“You can forget about that, if you like. My essay, I mean.”
“But it’s due tomorrow and frankly, it’s not going to get you much more than a Dreadful. And you’re already - ”
“I don’t care, alright? Go to sleep!”
He says it more boisterously than he did before and his echo bounces off the walls. Her eyes narrow in suspicion.
“Why do you keep insisting? You can sleep perfectly well upstairs! I’m not disturbing you here!”
“Urgh, why’re you so bloody stubborn?” He groans and runs his hands through his hair.
Her mouth drops open in outrage and she stutters, “Excuse me, I was the one who was here by myself until you decided to – ”
“Look, I can’t sleep until you go upstairs!” For one moment, he doesn’t seem to realize what he’s blurted out to her. He still has the same frustrated expression until he watches her blush. His jaw falls and his ears beginning to get red.
“What – what is that supposed to mean?” says Hermione, unsure of whether or not to feel affronted. She needs to know, she decides, so she can be properly prepared to be indignant.
He groans and his hands slip out of his hair. “This’s your fault!”
“What did I – ”
“You’re so difficult to talk to!” He takes a deep breath and moves a step forward. “I know it sounds a – a bit idiotic. But unless I hear you walk upstairs, I can’t really – I can’t really – er – ” The red from his ears scatters all over his face. “I can’t really sleep.”
When Hermione stares wordlessly at him, he hastily amends, “Guess I’m just used to your footsteps on the way up. I can hear them right before I sleep.”
“How do you even know it’s me?”
“I know. Don’t you know when it’s me?” He shrugs. When she falls silent again, he takes it as a confirmation. “So, you’re going to need to walk upstairs at some point. Hopefully soon because I’ve got Quidditch practice tomorrow morning.”
Hermione gives a shaky laugh. “Oh, that’s just stupid. I’m not going to. I told you I had things to finish.”
When she returns to his essay, she can see him still standing there, wobbling slightly, looking lost in thought. After a few moments, he seems to reach a conclusion. “I must’ve come off sounding a bit mad, eh? Running down here, demanding you go to sleep.”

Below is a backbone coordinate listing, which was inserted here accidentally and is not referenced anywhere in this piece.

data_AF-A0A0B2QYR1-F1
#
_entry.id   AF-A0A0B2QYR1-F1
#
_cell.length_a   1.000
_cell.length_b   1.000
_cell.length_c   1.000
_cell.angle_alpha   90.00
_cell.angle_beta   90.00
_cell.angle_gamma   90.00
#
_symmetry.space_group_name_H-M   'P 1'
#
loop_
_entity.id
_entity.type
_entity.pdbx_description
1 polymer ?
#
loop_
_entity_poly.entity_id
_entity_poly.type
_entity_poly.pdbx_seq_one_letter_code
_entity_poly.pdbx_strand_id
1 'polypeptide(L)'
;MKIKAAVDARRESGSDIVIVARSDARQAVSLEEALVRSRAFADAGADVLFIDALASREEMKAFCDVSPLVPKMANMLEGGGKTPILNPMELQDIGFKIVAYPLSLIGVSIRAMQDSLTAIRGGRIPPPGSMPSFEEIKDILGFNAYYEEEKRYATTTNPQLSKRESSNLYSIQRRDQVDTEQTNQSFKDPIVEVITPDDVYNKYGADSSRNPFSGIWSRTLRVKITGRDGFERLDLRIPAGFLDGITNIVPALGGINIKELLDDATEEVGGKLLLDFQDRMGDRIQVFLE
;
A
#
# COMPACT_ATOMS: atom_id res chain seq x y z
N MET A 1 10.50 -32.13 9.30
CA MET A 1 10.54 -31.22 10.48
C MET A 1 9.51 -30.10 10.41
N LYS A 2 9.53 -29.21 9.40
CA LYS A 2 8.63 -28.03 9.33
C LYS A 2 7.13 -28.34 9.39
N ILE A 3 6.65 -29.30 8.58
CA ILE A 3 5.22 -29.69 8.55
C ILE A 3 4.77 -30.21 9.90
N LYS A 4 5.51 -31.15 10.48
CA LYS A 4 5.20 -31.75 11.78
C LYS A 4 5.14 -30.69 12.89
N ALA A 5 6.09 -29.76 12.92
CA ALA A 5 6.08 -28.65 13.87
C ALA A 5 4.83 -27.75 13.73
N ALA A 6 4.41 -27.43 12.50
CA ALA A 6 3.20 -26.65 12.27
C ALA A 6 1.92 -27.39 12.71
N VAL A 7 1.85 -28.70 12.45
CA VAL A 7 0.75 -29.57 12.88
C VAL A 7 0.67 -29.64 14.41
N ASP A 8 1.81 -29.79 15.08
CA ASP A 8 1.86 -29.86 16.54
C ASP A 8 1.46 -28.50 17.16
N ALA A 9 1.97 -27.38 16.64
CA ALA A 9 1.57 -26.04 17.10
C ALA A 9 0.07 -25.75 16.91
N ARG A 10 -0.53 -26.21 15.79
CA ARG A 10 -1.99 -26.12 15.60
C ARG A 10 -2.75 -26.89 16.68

“A bit,” says Hermione dismissively, “but I’m used to it by now.”
She smiles at where he’s standing. His face is covered in the shadows from the dancing firelight, but she thinks she can feel him smiling back.
“Well, what should I do now?” he mutters. “I’ve got practice at nine and I still can’t sleep.”
“I’m not going, so don’t ask again. It’s your fault.”
“Can’t blame me. I just got too used to you, I suppose. Well, we’ve got to find some kind of solution. I can’t stand here forever.” He stares at her hopefully, but she returns to her essay, trilling with exasperation. He gives a deep sigh, and flops onto a chair beside her. “I’ve got to wait here.”
She rolls her eyes. “That doesn’t make sense.”
“I began and ended the day with hearing you on those bloody stairs for four years.” He yawns and stretches out his arms over the desk.
“That’s a preposterous explanation.”
“’M not changing,” he mumbles sleepily. He adds something to the end that sounds suspiciously like an insult, but it slips into incoherency as he closes his eyes.
“You’re covering up the star charts!” she says, pushing his arm off the desk. “And it’s for your essay – ”
A loud snore rips through the air.
He’s somehow managed to fall asleep beside her, his arm dangling off the desk where she pushed it off and his head resting lopsidedly on an Astronomy textbook.
For a long moment, she watches him. He has a peaceful expression when he’s sleeping – nothing like the usual mixture of ignorance, carelessness and idiocy.
She shakes her head and turns back to correcting his essay, his snores punctuating the silence every now and then. With him beside her, it hardly seems to matter whether Ganymede is Saturn’s moon or Jupiter’s. The ways in which they’re used to each other – him subconsciously shifting when she mumbles to herself and her keeping the inkwell at a distance because she knows he’ll thrash about in his sleep – don’t confuse her in the least. In the light, they are warm and familiar and she lets him sleep beside her.
After another hour of editing his essay into near-perfection, she takes a long look at the splatters of ink all over her palms. He’s still beside her, snoring peacefully.
There’s still Transfiguration left, she thinks idly. But she pushes the remaining books onto the side of the table. And she leans on the table beside him and sleeps, dreaming all the while of moats and waterfalls.
Author's Note: It's actually past 3 AM right now, so you can probably tell what this was inspired by. Also, Melanie (RonsGirlFriday) really seemed to crave Ron/Hermione, so this was what I randomly came up with. I'm not so comfortable with writing either of them, but hopefully this little story was fun and fluffy.